Did Speculation Fuel Oil Price Swings?, 60 Minutes: Speculation Affected Oil Price Swings More Than Supply And Demand - CBS News: "'Approximately 60 to 70 percent of the oil contracts in the futures markets are now held by speculative entities. Not by companies that need oil, not by the airlines, not by the oil companies. But by investors that...don't actually take delivery of the oil."
"Gilligan said. "I tease people sometimes that, you know, people say, 'Well, who's the largest oil company in America?' And they'll always say, 'Well, Exxon Mobil or Chevron, or BP.' But I'll say, 'No. Morgan Stanley.'"
Morgan Stanley isn't an oil company in the traditional sense of the word - it doesn't own or control oil wells or refineries, or gas stations. But according to documents filed with the Securities and Exchange Commission, Morgan Stanley is a significant player in the wholesale market through various entities controlled by the corporation.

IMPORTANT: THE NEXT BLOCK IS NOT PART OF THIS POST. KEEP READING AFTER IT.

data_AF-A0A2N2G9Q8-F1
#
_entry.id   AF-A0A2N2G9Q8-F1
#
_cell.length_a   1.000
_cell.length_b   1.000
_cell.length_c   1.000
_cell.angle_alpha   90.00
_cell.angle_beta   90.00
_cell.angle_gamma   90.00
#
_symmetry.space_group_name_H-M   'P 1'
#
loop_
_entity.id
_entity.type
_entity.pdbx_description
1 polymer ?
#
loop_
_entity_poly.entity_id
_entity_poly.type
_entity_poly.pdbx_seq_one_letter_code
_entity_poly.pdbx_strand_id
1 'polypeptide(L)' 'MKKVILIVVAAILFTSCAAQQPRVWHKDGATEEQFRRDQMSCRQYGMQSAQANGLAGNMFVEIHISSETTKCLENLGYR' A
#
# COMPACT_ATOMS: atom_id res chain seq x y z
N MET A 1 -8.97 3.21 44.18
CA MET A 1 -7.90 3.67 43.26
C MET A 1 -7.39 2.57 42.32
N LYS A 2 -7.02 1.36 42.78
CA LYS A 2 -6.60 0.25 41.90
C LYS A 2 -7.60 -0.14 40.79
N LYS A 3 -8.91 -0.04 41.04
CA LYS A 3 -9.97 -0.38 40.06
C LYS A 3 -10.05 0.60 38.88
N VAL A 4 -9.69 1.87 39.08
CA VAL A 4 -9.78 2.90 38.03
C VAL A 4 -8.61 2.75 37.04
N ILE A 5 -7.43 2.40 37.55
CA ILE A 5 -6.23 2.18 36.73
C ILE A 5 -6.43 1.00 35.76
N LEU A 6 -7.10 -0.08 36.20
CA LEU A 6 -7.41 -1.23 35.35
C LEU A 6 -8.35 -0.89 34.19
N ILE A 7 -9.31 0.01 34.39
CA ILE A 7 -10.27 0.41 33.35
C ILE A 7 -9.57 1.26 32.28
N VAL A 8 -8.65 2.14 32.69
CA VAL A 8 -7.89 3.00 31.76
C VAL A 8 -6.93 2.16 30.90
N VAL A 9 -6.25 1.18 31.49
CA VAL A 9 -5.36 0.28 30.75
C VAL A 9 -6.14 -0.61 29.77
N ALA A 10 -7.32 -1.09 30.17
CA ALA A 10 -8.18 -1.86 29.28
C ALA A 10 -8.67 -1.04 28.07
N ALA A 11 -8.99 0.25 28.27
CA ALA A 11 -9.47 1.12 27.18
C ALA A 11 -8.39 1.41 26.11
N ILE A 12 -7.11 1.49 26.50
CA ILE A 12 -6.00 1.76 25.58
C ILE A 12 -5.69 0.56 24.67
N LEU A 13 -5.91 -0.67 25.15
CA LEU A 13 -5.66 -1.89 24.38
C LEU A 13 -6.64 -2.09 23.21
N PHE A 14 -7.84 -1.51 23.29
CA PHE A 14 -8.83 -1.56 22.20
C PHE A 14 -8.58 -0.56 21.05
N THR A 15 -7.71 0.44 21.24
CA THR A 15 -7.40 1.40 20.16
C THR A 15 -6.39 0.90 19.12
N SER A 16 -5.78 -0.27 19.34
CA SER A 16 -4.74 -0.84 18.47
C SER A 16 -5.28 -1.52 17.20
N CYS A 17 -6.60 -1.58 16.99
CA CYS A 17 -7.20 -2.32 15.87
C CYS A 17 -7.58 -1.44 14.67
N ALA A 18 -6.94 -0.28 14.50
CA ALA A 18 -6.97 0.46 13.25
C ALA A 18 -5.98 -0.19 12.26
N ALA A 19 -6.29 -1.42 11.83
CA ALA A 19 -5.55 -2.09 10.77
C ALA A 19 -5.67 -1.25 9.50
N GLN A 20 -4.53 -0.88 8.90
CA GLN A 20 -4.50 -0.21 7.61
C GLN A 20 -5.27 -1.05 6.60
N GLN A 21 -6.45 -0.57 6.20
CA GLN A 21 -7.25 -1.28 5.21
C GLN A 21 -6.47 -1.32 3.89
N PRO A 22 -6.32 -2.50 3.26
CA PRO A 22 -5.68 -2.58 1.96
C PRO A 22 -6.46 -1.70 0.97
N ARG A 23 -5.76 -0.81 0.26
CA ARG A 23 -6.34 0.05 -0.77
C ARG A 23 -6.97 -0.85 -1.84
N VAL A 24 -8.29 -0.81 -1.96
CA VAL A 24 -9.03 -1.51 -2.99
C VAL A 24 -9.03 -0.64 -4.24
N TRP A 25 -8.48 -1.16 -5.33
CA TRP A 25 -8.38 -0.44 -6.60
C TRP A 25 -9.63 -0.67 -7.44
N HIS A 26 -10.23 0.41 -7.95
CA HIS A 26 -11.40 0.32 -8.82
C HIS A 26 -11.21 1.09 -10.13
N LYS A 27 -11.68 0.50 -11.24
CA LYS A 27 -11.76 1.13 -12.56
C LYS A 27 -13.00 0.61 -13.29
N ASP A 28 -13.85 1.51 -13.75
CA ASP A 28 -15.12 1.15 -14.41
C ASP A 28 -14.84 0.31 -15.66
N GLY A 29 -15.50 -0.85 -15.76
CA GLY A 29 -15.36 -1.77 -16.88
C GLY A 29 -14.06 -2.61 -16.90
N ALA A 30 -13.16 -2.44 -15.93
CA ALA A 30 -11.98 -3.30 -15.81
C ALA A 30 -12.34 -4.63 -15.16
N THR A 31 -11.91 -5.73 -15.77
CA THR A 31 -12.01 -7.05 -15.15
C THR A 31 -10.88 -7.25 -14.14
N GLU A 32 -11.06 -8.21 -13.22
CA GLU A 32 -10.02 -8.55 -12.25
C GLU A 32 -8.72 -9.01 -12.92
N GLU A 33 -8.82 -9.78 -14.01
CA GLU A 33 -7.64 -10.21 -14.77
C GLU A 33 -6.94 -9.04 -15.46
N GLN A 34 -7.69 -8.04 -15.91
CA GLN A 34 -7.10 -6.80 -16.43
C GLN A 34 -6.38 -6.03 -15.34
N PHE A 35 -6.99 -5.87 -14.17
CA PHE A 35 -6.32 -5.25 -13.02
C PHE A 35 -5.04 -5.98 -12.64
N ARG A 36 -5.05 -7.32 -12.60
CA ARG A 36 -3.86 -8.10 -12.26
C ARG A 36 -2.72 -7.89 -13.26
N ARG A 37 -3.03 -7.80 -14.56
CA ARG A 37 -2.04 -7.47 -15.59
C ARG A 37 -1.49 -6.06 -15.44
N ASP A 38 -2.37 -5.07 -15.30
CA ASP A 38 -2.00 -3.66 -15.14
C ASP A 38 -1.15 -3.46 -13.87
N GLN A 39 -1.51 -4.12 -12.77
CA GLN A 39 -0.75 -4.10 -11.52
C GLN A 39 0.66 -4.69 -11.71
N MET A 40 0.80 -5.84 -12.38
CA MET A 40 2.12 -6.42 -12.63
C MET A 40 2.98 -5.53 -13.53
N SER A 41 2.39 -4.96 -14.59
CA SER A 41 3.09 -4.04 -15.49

It not only buys and sells the physical product through subsidiaries and companies that it controls, Morgan Stanley has the capacity to store and hold 20 million barrels. For example, some storage tanks in New Haven, Conn. hold Morgan Stanley heating oil bound for homes in New England, where it controls nearly 15 percent of the market. "
Interesting. I should warn you that the video is not ground breaking (for as anyone knows speculation obviously played a role in price swings), but worth including as it shows how far investment banking has gone from traditional investment banking and it has some good insights in the market for oil.